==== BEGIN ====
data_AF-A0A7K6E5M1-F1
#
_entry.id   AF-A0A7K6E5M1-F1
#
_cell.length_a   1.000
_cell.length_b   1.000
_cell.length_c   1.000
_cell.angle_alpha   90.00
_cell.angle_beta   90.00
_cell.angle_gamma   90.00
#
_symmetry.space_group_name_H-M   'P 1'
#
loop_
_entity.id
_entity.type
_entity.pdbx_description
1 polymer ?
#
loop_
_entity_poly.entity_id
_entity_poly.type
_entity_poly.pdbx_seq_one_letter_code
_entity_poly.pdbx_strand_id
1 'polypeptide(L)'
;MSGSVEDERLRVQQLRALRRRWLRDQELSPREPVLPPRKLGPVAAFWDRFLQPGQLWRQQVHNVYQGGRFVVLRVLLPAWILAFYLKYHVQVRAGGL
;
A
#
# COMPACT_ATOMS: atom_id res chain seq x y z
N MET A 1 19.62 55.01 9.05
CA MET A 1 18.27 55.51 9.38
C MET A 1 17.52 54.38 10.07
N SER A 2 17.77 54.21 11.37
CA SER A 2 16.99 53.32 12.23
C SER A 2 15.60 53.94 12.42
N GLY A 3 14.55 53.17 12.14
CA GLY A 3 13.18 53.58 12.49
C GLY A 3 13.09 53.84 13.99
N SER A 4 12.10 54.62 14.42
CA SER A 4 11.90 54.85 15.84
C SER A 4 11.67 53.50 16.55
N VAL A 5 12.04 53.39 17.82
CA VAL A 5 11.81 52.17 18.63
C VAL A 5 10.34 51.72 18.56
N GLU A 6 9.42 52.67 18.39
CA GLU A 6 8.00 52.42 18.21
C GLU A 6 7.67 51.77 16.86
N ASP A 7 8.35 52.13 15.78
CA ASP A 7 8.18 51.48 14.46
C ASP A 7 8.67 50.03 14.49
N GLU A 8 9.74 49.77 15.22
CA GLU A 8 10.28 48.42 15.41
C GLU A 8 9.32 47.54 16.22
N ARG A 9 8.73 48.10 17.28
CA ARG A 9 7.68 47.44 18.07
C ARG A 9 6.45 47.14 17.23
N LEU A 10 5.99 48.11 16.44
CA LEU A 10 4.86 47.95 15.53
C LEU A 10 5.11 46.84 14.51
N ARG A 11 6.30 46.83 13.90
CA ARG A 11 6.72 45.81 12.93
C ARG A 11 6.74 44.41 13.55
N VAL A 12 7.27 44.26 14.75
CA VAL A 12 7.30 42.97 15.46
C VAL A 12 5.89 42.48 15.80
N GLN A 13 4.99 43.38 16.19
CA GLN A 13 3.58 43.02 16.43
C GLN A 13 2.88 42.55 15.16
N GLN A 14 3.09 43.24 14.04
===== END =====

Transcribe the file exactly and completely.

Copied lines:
data_AF-A0A7K6E5M1-F1
#
_entry.id   AF-A0A7K6E5M1-F1
#
_cell.length_a   1.000
_cell.length_b   1.000
_cell.length_c   1.000
_cell.angle_alpha   90.00
_cell.angle_beta   90.00
_cell.angle_gamma   90.00
#
_symmetry.space_group_name_H-M   'P 1'
#
loop_
_entity.id
_entity.type
_entity.pdbx_description
1 polymer ?
#
loop_
_entity_poly.entity_id
_entity_poly.type
_entity_poly.pdbx_seq_one_letter_code
_entity_poly.pdbx_strand_id
1 'polypeptide(L)'
;MSGSVEDERLRVQQLRALRRRWLRDQELSPREPVLPPRKLGPVAAFWDRFLQPGQLWRQQVHNVYQGGRFVVLRVLLPAWILAFYLKYHVQVRAGGL
;
A
#
# COMPACT_ATOMS: atom_id res chain seq x y z
N MET A 1 19.62 55.01 9.05
CA MET A 1 18.27 55.51 9.38
C MET A 1 17.52 54.38 10.07
N SER A 2 17.77 54.21 11.37
CA SER A 2 16.99 53.32 12.23
C SER A 2 15.60 53.94 12.42
N GLY A 3 14.55 53.17 12.14
CA GLY A 3 13.18 53.58 12.49
C GLY A 3 13.09 53.84 13.99
N SER A 4 12.10 54.62 14.42
CA SER A 4 11.90 54.85 15.84
C SER A 4 11.67 53.50 16.55
N VAL A 5 12.04 53.39 17.82
CA VAL A 5 11.81 52.17 18.63
C VAL A 5 10.34 51.72 18.56
N GLU A 6 9.42 52.67 18.39
CA GLU A 6 8.00 52.42 18.21
C GLU A 6 7.67 51.77 16.86
N ASP A 7 8.35 52.13 15.78
CA ASP A 7 8.18 51.48 14.46
C ASP A 7 8.67 50.03 14.49
N GLU A 8 9.74 49.77 15.22
CA GLU A 8 10.28 48.42 15.41
C GLU A 8 9.32 47.54 16.22
N ARG A 9 8.73 48.10 17.28
CA ARG A 9 7.68 47.44 18.07
C ARG A 9 6.45 47.14 17.23
N LEU A 10 5.99 48.11 16.44
CA LEU A 10 4.86 47.95 15.53
C LEU A 10 5.11 46.84 14.51
N ARG A 11 6.30 46.83 13.90
CA ARG A 11 6.72 45.81 12.93
C ARG A 11 6.74 44.41 13.55
N VAL A 12 7.27 44.26 14.75
CA VAL A 12 7.30 42.97 15.46
C VAL A 12 5.89 42.48 15.80
N GLN A 13 4.99 43.38 16.19
CA GLN A 13 3.58 43.02 16.43
C GLN A 13 2.88 42.55 15.16
N GLN A 14 3.09 43.24 14.04